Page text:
We have a common pattern 'too lazy to do something'. Apart from this pattern, can we use the word 'lazy' with the to-infinitive. I have looked it up in many dictionaries but have not found any examples. If the phrase '(very) lazy to do something' does not make sense, what could be an alternative to express the idea behind this phrase?

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    Does this answer help? english.stackexchange.com/questions/304274/…
    – Leachoid
    Mar 16, 2022 at 8:22
  • "Too lazy to do something" means you are unable to do something. There are other phrases which mean you are reluctant to do something but you may do it eventually or half-heartedly, e.g. "very lazy about doing something". What meaning do you want, and why don't you want "too lazy to do something". (The above link explains the grammar of "too X to Y".)
    – Stuart F
    Mar 16, 2022 at 9:01
  • @StuartF I understand that the phrase with 'too' has a negative meaning. My question is about grammaticality of the pattern/phrase '(very) lazy to do something'. I think it is incorrect but I am not very sure.
    – Kaptan Singh
    Mar 16, 2022 at 9:17
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    Lazy does not take an infinitive complement, so *He is (very) lazy to do something is ungrammatical. On the other hand, the negative construction He is too lazy to do something is fine; the negative construction too X to VP means so X that not VP. Mar 16, 2022 at 15:39

2 Answers 2


Unmotivated/ unmoved/ in no rush/ under no pressure/ without care/ without regard/ to do something are other ways to express it. Very lazy to do something sounds foreign. In what context is it being used? Too lazy to do what? If there was more context perhaps I could suggest a time I heard before. Is someone too lazy to take the kids out to the park? Is someone too lazy to buy groceries for dinner? In general, "very lazy to do something" makes sense because I know what you mean to say. Then again if a baby said "Wawa" I know he means water, but as he gets older he should stop saying "Wawa" and use the right word. Maybe that's why you ask because it sounds wrong even though the idea is understood.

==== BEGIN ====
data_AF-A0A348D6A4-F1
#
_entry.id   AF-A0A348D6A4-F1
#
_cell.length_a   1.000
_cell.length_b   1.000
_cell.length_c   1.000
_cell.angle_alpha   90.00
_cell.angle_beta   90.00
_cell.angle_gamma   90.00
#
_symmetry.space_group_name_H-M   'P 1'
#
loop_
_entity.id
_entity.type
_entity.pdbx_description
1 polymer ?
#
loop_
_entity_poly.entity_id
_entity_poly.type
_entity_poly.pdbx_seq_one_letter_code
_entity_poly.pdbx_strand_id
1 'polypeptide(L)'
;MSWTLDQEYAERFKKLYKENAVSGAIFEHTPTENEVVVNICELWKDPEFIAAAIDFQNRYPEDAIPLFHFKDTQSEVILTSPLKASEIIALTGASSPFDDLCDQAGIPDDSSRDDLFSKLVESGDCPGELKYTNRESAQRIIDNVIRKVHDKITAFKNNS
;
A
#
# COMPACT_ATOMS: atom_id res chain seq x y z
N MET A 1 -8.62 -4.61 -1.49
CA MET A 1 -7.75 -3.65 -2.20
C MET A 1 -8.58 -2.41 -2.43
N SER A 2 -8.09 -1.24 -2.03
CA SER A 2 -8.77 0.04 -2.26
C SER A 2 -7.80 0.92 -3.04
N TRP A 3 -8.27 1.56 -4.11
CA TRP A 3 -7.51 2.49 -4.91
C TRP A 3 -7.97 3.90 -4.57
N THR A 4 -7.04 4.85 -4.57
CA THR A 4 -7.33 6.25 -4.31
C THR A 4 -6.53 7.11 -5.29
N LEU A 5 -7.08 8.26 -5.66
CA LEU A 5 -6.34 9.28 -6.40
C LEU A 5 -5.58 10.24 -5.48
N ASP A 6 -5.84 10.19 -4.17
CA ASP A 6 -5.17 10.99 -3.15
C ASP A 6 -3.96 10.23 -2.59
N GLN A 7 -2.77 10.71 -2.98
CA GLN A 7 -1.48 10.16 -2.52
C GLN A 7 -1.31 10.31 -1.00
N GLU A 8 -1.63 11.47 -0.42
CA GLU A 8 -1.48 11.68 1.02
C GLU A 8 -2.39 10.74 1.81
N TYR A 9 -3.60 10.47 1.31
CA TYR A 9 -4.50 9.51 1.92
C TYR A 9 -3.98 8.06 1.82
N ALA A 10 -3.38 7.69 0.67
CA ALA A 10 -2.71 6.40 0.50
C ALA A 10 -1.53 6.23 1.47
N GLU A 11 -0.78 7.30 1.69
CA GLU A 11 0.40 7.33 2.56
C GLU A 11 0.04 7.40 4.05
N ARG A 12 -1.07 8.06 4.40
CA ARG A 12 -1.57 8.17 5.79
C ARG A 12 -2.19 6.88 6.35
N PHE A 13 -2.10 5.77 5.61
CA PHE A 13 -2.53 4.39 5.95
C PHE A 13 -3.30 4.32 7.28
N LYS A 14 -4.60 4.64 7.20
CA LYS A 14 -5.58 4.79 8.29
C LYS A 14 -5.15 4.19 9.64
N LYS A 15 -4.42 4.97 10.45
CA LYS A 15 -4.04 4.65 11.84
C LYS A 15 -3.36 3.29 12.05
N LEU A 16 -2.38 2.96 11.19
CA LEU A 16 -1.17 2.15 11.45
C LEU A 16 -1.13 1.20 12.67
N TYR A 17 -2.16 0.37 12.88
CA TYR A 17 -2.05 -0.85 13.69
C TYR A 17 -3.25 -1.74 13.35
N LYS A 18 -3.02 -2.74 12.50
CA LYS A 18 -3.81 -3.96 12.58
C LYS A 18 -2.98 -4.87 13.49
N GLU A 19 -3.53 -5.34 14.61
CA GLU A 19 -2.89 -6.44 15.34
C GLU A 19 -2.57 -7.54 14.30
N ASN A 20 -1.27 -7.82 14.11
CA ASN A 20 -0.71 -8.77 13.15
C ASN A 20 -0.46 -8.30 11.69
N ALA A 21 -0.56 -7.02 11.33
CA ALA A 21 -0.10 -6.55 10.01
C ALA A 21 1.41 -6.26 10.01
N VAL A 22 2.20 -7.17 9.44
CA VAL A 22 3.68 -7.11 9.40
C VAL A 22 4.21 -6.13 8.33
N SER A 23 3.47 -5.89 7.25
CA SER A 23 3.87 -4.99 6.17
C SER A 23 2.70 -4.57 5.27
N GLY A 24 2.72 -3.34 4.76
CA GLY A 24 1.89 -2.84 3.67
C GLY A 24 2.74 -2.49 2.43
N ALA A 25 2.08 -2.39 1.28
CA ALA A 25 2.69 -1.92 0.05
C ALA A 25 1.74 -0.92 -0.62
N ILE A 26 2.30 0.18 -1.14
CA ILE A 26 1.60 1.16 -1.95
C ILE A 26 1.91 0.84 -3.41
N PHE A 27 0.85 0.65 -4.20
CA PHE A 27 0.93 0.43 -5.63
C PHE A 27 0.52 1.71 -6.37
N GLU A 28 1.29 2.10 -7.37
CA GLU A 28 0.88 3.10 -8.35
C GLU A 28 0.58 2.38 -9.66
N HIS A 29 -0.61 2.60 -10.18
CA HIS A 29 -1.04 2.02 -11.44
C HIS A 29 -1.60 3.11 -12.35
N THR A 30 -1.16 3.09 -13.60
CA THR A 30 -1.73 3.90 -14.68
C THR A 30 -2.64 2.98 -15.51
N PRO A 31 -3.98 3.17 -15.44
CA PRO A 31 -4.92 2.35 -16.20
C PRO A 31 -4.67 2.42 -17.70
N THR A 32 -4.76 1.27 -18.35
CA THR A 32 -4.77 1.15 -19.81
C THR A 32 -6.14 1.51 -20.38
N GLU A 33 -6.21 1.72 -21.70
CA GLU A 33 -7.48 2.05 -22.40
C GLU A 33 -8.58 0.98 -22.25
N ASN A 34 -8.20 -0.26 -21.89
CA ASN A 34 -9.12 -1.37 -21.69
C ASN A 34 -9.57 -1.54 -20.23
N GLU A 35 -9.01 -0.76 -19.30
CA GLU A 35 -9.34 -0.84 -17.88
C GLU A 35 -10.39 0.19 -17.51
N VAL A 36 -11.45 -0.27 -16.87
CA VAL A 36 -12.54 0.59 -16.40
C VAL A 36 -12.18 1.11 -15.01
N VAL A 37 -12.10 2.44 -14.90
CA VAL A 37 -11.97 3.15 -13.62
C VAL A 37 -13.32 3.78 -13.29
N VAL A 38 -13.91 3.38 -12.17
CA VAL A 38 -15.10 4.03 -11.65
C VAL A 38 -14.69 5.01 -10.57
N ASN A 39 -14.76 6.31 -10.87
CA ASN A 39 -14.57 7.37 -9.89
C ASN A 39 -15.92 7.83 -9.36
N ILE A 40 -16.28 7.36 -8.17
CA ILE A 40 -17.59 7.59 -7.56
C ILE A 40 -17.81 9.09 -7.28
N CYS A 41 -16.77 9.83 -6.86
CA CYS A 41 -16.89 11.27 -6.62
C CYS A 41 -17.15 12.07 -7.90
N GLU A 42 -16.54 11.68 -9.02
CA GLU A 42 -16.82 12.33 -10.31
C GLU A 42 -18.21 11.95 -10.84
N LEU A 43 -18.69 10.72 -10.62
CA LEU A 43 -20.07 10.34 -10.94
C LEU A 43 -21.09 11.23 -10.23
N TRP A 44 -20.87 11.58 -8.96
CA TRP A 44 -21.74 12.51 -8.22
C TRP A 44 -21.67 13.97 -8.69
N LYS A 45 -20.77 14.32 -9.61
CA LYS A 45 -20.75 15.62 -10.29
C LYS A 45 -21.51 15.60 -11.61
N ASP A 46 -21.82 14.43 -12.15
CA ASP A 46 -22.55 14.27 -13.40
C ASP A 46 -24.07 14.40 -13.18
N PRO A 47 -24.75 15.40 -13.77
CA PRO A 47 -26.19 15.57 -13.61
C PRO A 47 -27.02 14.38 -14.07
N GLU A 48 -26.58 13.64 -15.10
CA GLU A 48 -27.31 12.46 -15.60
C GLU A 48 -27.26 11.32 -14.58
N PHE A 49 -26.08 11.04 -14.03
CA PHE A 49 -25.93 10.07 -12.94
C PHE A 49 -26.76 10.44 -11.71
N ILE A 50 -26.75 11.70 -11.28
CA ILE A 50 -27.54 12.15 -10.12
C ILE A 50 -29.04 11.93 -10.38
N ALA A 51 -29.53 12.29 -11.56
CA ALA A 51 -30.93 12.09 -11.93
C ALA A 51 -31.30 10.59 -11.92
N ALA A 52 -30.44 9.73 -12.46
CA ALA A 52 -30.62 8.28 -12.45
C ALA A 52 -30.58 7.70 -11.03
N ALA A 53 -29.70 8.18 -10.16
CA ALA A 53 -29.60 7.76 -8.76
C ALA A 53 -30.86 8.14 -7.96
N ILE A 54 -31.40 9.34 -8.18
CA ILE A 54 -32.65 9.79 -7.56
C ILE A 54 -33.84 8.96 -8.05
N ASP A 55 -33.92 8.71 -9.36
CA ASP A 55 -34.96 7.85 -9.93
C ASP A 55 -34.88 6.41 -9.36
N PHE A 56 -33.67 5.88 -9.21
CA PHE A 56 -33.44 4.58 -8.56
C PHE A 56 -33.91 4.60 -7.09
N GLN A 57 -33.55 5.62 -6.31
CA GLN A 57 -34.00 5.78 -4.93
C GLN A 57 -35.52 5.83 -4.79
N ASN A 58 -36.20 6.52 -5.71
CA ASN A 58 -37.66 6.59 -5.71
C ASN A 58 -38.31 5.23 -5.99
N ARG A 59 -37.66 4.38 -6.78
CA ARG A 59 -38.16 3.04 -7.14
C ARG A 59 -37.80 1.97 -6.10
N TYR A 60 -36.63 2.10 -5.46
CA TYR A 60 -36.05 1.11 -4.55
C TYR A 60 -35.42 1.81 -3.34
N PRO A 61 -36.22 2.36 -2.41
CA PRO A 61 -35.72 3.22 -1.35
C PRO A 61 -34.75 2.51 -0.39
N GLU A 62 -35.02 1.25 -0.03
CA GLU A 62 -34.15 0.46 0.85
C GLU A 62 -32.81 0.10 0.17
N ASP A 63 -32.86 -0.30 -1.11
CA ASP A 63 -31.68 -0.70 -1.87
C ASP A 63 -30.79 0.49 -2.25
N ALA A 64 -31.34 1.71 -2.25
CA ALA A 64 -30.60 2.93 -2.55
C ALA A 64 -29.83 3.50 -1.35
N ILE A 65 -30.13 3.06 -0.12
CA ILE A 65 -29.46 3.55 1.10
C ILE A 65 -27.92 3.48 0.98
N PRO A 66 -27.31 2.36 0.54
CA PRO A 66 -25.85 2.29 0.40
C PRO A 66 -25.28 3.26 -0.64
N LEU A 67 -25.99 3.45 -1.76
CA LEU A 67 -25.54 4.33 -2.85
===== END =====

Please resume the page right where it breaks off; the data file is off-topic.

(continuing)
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    – Community
    Mar 19, 2022 at 21:45

In the phrase, Too lazy to do [something], the word too expresses the crossing of a boundary. The boundary that is crossed is doing something. The reason that boundary is crossed is due to the laziness of the doer. Due to the laziness of the person nothing is done.

Saying Very lazy to do [something], makes no sense in your example. Very lazy is a measurement of laziness, as is too lazy, but very lazy does not indicate a boundary has been crossed.
Saying someone was very lazy to do [something] would be how you would express someone actually doing something but doing it at the bare minimum level. Bob was very lazy to patch the holes in his driveway with empty pop bottles. Notice that even though Bob used plastic bottles instead of tar, he still patched the holes in his driveway. No boundary was crossed. The event occurred.

A word that could be substituted for too in your example would be overly. The word overly expresses the crossing of a boundary.

He was overly lazy to go to the store.

Overly may not be the best word, but it's the first one that comes to mind that will work. I would always choose too lazy to instead of overly lazy to. No one says overly lazy to.

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